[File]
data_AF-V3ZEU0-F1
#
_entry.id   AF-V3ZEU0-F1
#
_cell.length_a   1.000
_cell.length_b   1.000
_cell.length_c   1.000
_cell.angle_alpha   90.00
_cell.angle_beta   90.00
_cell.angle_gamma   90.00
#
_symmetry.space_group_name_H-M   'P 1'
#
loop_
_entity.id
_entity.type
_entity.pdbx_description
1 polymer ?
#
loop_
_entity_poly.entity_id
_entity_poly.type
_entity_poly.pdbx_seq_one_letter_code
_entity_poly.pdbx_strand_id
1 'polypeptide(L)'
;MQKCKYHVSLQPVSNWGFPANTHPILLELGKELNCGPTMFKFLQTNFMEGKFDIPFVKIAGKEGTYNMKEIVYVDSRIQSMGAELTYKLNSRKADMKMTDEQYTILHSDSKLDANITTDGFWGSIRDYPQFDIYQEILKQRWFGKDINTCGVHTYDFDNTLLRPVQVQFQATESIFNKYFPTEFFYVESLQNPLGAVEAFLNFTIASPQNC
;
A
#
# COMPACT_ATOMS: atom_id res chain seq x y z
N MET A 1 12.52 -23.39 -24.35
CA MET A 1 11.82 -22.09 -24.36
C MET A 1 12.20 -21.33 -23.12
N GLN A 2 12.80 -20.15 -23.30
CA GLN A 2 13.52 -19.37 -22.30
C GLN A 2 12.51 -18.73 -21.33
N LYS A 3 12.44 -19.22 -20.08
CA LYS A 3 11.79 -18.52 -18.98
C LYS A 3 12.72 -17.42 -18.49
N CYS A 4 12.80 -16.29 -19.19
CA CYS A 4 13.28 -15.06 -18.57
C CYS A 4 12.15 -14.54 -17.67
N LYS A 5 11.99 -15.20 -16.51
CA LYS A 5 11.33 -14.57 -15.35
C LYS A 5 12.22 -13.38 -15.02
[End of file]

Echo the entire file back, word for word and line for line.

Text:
data_AF-V3ZEU0-F1
#
_entry.id   AF-V3ZEU0-F1
#
_cell.length_a   1.000
_cell.length_b   1.000
_cell.length_c   1.000
_cell.angle_alpha   90.00
_cell.angle_beta   90.00
_cell.angle_gamma   90.00
#
_symmetry.space_group_name_H-M   'P 1'
#
loop_
_entity.id
_entity.type
_entity.pdbx_description
1 polymer ?
#
loop_
_entity_poly.entity_id
_entity_poly.type
_entity_poly.pdbx_seq_one_letter_code
_entity_poly.pdbx_strand_id
1 'polypeptide(L)'
;MQKCKYHVSLQPVSNWGFPANTHPILLELGKELNCGPTMFKFLQTNFMEGKFDIPFVKIAGKEGTYNMKEIVYVDSRIQSMGAELTYKLNSRKADMKMTDEQYTILHSDSKLDANITTDGFWGSIRDYPQFDIYQEILKQRWFGKDINTCGVHTYDFDNTLLRPVQVQFQATESIFNKYFPTEFFYVESLQNPLGAVEAFLNFTIASPQNC
;
A
#
# COMPACT_ATOMS: atom_id res chain seq x y z
N MET A 1 12.52 -23.39 -24.35
CA MET A 1 11.82 -22.09 -24.36
C MET A 1 12.20 -21.33 -23.12
N GLN A 2 12.80 -20.15 -23.30
CA GLN A 2 13.52 -19.37 -22.30
C GLN A 2 12.51 -18.73 -21.33
N LYS A 3 12.44 -19.22 -20.08
CA LYS A 3 11.79 -18.52 -18.98
C LYS A 3 12.72 -17.42 -18.49
N CYS A 4 12.80 -16.29 -19.19
CA CYS A 4 13.28 -15.06 -18.57
C CYS A 4 12.15 -14.54 -17.67
N LYS A 5 11.99 -15.20 -16.51
CA LYS A 5 11.33 -14.57 -15.35
C LYS A 5 12.22 -13.38 -15.02